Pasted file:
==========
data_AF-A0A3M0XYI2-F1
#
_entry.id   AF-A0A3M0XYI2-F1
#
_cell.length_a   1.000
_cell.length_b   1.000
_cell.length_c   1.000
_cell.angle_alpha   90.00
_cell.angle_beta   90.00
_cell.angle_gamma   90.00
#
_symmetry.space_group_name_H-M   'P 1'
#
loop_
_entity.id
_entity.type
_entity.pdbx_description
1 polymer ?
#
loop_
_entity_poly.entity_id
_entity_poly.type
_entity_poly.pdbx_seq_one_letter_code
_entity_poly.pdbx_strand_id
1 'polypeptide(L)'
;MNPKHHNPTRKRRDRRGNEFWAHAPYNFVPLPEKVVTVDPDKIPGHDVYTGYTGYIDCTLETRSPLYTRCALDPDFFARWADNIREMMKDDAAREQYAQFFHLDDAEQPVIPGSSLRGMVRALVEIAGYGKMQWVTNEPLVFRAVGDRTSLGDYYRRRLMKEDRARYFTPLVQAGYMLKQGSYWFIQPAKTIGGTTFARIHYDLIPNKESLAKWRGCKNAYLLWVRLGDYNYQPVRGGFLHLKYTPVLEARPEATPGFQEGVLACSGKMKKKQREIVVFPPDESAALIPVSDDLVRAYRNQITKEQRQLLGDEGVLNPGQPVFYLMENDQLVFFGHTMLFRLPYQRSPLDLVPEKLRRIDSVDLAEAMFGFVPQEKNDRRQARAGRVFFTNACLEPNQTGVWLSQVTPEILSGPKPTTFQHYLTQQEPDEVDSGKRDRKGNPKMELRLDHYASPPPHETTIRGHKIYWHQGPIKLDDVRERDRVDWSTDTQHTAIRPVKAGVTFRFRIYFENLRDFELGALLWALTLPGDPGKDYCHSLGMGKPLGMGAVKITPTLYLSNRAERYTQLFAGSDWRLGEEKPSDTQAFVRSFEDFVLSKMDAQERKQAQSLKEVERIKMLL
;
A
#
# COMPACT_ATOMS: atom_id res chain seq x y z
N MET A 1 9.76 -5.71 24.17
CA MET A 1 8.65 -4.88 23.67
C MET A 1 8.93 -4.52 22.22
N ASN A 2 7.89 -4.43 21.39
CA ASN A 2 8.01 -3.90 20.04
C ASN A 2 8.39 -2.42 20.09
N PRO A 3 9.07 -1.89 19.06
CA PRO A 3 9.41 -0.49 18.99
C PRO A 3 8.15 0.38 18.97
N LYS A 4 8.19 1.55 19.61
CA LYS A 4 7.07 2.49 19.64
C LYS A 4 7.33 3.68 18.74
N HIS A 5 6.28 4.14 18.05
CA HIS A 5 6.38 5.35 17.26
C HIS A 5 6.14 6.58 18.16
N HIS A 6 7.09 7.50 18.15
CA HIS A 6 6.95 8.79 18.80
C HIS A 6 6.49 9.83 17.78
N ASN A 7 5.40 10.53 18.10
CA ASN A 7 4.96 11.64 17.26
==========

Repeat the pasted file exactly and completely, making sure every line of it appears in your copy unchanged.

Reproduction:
data_AF-A0A3M0XYI2-F1
#
_entry.id   AF-A0A3M0XYI2-F1
#
_cell.length_a   1.000
_cell.length_b   1.000
_cell.length_c   1.000
_cell.angle_alpha   90.00
_cell.angle_beta   90.00
_cell.angle_gamma   90.00
#
_symmetry.space_group_name_H-M   'P 1'
#
loop_
_entity.id
_entity.type
_entity.pdbx_description
1 polymer ?
#
loop_
_entity_poly.entity_id
_entity_poly.type
_entity_poly.pdbx_seq_one_letter_code
_entity_poly.pdbx_strand_id
1 'polypeptide(L)'
;MNPKHHNPTRKRRDRRGNEFWAHAPYNFVPLPEKVVTVDPDKIPGHDVYTGYTGYIDCTLETRSPLYTRCALDPDFFARWADNIREMMKDDAAREQYAQFFHLDDAEQPVIPGSSLRGMVRALVEIAGYGKMQWVTNEPLVFRAVGDRTSLGDYYRRRLMKEDRARYFTPLVQAGYMLKQGSYWFIQPAKTIGGTTFARIHYDLIPNKESLAKWRGCKNAYLLWVRLGDYNYQPVRGGFLHLKYTPVLEARPEATPGFQEGVLACSGKMKKKQREIVVFPPDESAALIPVSDDLVRAYRNQITKEQRQLLGDEGVLNPGQPVFYLMENDQLVFFGHTMLFRLPYQRSPLDLVPEKLRRIDSVDLAEAMFGFVPQEKNDRRQARAGRVFFTNACLEPNQTGVWLSQVTPEILSGPKPTTFQHYLTQQEPDEVDSGKRDRKGNPKMELRLDHYASPPPHETTIRGHKIYWHQGPIKLDDVRERDRVDWSTDTQHTAIRPVKAGVTFRFRIYFENLRDFELGALLWALTLPGDPGKDYCHSLGMGKPLGMGAVKITPTLYLSNRAERYTQLFAGSDWRLGEEKPSDTQAFVRSFEDFVLSKMDAQERKQAQSLKEVERIKMLL
;
A
#
# COMPACT_ATOMS: atom_id res chain seq x y z
N MET A 1 9.76 -5.71 24.17
CA MET A 1 8.65 -4.88 23.67
C MET A 1 8.93 -4.52 22.22
N ASN A 2 7.89 -4.43 21.39
CA ASN A 2 8.01 -3.90 20.04
C ASN A 2 8.39 -2.42 20.09
N PRO A 3 9.07 -1.89 19.06
CA PRO A 3 9.41 -0.49 18.99
C PRO A 3 8.15 0.38 18.97
N LYS A 4 8.19 1.55 19.61
CA LYS A 4 7.07 2.49 19.64
C LYS A 4 7.33 3.68 18.74
N HIS A 5 6.28 4.14 18.05
CA HIS A 5 6.38 5.35 17.26
C HIS A 5 6.14 6.58 18.16
N HIS A 6 7.09 7.50 18.15
CA HIS A 6 6.95 8.79 18.80
C HIS A 6 6.49 9.83 17.78
N ASN A 7 5.40 10.53 18.10
CA ASN A 7 4.96 11.64 17.26